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Santa Cruz, Ecuador

Bungartz F.,Biodiversity Assessment | Benatti M.N.,Institute Botanica | Spielmann A.A.,Federal University of Mato Grosso do Sul

As part of an ongoing, comprehensive inventory of all Galapagos lichen species, the genus Bulbothrix is revised here. In Galapagos it is represented by five species of which only one, B. laevigatula, had previously been reported. Bulbothrix lyngei, B. scortella and B. subdissecta are all new to Galapagos; they also represent the first reports of these species for Ecuador. A fifth species, Bulbothrix bulbillosa, is described as new to science. © 2013 by The American Bryological and Lichenological Society, Inc. Source

Dal-Forno M.,George Mason University | Lucking R.,Science and Education | Bungartz F.,Biodiversity Assessment | Yanez-Ayabaca A.,Central University of Ecuador | And 9 more authors.

We present a taxonomic revision of the lichenized basidiomycete genus Acantholichen, species of which produce a characteristic blue-gray, microsquamulose thallus with spiny apical hyphal cells known as acanthohyphidia. Since its discovery, the genus was thought to be monospecific, only including the generic type, A. pannarioides. However, a detailed morphological and anatomical study of recently collected specimens from the Galápagos, Costa Rica, Brazil and Colombia, combined with a molecular phylogenetic analysis of the internal transcribed spacer (ITS1-5.8S-ITS2) region and 28S of the nuc rDNA and RPB2 sequences, revealed a much more diverse and widespread species assemblage. Based on the results of these analyses, we describe five new species in the genus: A. albomarginatus, A. campestris, A. galapagoensis, A. sorediatus and A. variabilis. We also provide an identification key to all species, anatomical and morphological descriptions, photographs and a table comparing main characters of each species. © 2016 by The Mycological Society of America. Source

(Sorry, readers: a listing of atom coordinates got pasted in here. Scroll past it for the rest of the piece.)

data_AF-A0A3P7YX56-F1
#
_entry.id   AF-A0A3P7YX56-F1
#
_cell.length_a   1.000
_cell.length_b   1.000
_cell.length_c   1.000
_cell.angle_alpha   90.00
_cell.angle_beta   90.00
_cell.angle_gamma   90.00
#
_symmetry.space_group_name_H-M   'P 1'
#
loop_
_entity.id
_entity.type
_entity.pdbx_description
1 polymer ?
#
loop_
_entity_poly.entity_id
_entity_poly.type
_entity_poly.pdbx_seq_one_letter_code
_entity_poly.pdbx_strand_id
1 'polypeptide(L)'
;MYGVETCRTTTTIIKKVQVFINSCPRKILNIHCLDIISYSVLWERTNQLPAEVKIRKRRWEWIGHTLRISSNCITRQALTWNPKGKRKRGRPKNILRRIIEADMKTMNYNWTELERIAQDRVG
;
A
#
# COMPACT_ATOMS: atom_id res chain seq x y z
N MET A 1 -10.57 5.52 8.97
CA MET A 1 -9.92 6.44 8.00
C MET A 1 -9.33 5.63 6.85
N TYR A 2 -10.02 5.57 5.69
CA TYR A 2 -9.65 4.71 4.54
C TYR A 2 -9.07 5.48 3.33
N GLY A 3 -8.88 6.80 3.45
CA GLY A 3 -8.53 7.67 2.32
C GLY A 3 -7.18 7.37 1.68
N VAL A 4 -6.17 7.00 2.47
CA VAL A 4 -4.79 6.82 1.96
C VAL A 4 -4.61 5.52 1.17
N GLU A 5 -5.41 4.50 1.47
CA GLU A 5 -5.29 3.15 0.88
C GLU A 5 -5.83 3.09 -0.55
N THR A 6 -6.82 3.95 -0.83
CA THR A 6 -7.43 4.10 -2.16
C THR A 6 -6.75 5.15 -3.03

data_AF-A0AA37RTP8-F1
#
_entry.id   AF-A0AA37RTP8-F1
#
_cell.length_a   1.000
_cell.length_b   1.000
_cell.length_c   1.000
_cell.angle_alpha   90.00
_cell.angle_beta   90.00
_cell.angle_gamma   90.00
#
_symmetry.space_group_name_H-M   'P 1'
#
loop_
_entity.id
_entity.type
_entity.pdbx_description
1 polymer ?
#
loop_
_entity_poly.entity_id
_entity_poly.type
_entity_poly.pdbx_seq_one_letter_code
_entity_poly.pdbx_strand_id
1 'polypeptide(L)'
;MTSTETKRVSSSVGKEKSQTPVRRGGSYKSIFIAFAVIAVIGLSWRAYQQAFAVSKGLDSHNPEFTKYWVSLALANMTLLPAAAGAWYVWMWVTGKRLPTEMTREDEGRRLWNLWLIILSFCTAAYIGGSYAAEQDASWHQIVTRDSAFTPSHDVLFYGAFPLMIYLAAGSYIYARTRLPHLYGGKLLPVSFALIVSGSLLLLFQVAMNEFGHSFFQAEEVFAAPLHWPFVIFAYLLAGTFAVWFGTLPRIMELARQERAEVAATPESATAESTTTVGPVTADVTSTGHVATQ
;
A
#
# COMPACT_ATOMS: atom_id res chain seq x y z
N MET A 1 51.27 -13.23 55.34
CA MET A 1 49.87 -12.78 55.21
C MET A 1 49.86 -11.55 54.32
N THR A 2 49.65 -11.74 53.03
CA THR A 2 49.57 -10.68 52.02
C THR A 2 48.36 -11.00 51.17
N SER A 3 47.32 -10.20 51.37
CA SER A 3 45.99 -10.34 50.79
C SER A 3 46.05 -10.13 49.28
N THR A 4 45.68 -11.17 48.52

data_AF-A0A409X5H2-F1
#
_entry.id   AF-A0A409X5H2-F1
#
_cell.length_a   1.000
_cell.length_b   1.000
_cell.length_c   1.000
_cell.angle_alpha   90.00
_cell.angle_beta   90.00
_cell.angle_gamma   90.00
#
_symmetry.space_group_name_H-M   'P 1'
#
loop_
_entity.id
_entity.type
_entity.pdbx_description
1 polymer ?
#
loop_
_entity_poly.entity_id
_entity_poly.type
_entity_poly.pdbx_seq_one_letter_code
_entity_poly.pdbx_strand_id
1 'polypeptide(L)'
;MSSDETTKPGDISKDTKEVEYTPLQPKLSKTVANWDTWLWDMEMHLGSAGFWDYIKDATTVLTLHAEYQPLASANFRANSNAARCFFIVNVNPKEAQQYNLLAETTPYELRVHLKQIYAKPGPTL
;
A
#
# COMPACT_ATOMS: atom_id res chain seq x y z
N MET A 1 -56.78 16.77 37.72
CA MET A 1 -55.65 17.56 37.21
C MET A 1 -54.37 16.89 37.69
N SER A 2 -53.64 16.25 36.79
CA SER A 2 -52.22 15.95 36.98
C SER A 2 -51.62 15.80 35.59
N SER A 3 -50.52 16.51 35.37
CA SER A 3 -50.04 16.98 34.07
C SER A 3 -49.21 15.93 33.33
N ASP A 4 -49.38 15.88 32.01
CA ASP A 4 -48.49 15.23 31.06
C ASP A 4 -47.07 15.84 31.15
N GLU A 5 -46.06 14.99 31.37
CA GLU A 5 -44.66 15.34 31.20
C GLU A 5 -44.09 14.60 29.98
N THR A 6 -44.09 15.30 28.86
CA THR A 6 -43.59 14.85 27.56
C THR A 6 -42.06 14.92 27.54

Lucking R.,Integrative Science and Collections | Dal-Forno M.,George Mason University | Lawrey J.D.,George Mason University | Bungartz F.,Biodiversity Assessment | And 13 more authors.

As part of a larger systematic and taxonomic revision, including molecular phylogenetic analysis, of lichenized Basidiomycota in the Dictyonema clade, ten species are described as new from tropical America, seven in the foliose genus Cora and three in the filamentous genus Dictyonema: Cora arachnoidea J. E. Hern. & Lücking, sp. nov., C. aspera Wilk, Lücking & E. Morales, sp. nov., C. byssoidea Lücking & Moncada, sp. nov., C. cyphellifera Dal-Forno, Bungartz & Lücking, sp. nov., C. inversa Lücking & Moncada, sp. nov., C. squamiformis Wilk, Lücking & Yánez-Ayabaca, sp. nov., C. strigosa Lücking, E. Paz & L. Salcedo, sp. nov., Dictyonema aeruginosulum Lücking, Nelsen & Will-Wolf, sp. nov., D. diducens Nyl. ex Lücking, sp. nov., D. metallicum Lücking, Dal-Forno & Lawrey, sp. nov., and D. obscuratum Lücking, Spielmann & Marcelli, sp. nov. We discuss the taxonomic status of the six names historically established for species belonging in the genus Cora and reinstate the names C. gyrolophia Fr., C. pavonia (Sw.) Fr., and C. reticulifera Vain., providing diagnostic features for these, whereas the status of C. glabrata (Spreng.) Fr. and C. bovei Speg. remains uncertain. The following new combinations are introduced: Cora hirsuta (Moncada & Lücking) Moncada & Lücking, comb. nov., C. minor (Lücking, E. Navarro & Sipman) Lücking, comb. nov., Corella melvinii (Chaves, Lücking & Umaña) Lücking, Dal-Forno & Lawrey, comb. nov., Cyphellostereum phyllogenum (Müll. Arg.) Lücking, Dal-Forno & Lawrey, comb. nov., Dictyonema caespitosum (Johow) Lücking, comb. nov., D. irrigatum (Berk. & M. A. Curtis) Lücking, comb. nov., D. phyllophilum (Parmasto) Lücking, Dal-Forno & Lawrey, comb. et stat. nov., and D. scabridum (Vain.) Lücking, comb. et stat. nov. Keys are presented to the five currently accepted genera and 40 currently recognized species in the genera Cyphellostereum, Dictyonema, Cora, and Corella. © 2013 Magnolia Press. Source